The Solemnity
of the Most Holy Trinity

May 30, 2021 Cycle B
by Rev. Jose Maria de Sousa Alvim Cortes, F.S.C.B.
Chaplain, Saint John Paul II National Shrine
 Washington, D.C.

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The solemnity of the Most Holy Trinity comes after all the other liturgical feasts. Following the celebrations of the mysteries in the life of Our Savior, we celebrate God himself. The mystery of the Trinity is the end of all things. Jesus’ mission was to show us who God is. He came to reveal the inner life of God, to introduce us into the mystery of God.

In today’s Gospel, Jesus says: “Go therefore, and make disciples of all nations, baptizing them in the name of the Father, and of the Son, and of the Holy Spirit” (Mt 28: 19). Jesus’ mission continues in the mission of the Church. The Church exists to introduce everyone into the mystery of the Trinity. Through Baptism, we immerse ourselves in God.

Since the day of our Baptism, we have become children of God. With Christ, we have become heirs of the Father: “We are children of God, and if children, then heirs, heirs of God and joint heirs with Christ” (Rom 8:16–17).

The mystery of God is our origin and our destiny. We came from him and to him we shall return. We live in him. The most important thing in life is to know the Trinity.

The mystery of God is like an ocean. People usually stay on the surface of the water. In order to know who God really is, we need to dive into the infinite waters. The depths of the mystery of God are inexhaustible.

To know God as he is, we need to go beyond our preconceived ideas. In the first reading, Moses says: “The Lord is God in the heavens above and on earth below and there is no other” (Deut 4:35). Jesus revealed God as the mystery of the communion of three persons.

In order to know a person, we do not read a book about him. In order to really know a person, we have to enter into a relationship. We could read someone’s biography or a résumé́ but a person is infinitely more than what is written. To know someone, we need to listen. We need to be attentive to words and gestures. We can say that we know a person when we have shared joys and sorrows. We really know each other when we participate in the suffering of the other. In the second reading, Saint Paul says: “...if only we suffer with him so that we may also be glorified with him” (Gal 8:17). We can know someone but who that person really is always remains a mystery.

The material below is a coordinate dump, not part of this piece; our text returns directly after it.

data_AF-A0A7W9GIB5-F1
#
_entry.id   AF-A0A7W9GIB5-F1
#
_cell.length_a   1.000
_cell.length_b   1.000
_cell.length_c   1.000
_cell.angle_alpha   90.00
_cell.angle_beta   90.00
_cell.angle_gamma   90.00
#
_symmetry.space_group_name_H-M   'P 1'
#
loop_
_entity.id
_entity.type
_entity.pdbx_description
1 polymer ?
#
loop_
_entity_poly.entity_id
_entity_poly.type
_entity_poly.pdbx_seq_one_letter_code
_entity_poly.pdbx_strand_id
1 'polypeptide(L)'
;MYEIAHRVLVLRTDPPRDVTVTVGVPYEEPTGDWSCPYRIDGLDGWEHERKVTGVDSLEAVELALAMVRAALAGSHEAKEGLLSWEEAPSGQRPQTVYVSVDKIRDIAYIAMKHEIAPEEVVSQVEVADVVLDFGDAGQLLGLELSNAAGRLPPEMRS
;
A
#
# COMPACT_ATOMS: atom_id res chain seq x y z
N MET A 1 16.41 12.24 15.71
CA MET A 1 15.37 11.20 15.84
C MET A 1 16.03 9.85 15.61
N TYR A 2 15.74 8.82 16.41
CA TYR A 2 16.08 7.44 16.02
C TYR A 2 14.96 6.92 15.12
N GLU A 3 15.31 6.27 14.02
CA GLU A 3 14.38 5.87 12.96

In the knowledge of God, we can find the same dynamic that is present in our knowledge of human persons. In order to know the Trinity, we need to silence ourselves and listen to God, who speaks to us through his Word. We need an attitude of profound adoration, to let God be God. Otherwise, we can only have a very superficial understanding of who God is. Unfortunately, not too many people enter deeply into their relationship with God. Saint John of the Cross said: “[...] it ought to be pointed out why so few reach this high state of perfect union with God. It should be known that the reason is not that God wishes only a few of these spirits to be so elevated; he would rather want all to be perfect, but he finds few vessels that will endure so lofty and sublime a work” (The Living Flame Of Love, II 27).

We tend to remain at a certain level, not proceeding to wherever God wants to lead us. The tremendous Mystery of God is frightening for many. However, it should not be. Saint Paul says: “For you did not receive a spirit of slavery to fall back into fear, but you received a Spirit of adoption, through whom we cry, ‘Abba, Father!’”(Rom 8:15).

The knowledge of God satisfies our souls. The mystery of God is the meaning of our existence. In the knowledge of God, we find the fulfillment of our lives. In the knowledge of the Trinity, we find a delight that nothing and no one else can give us.  Amen.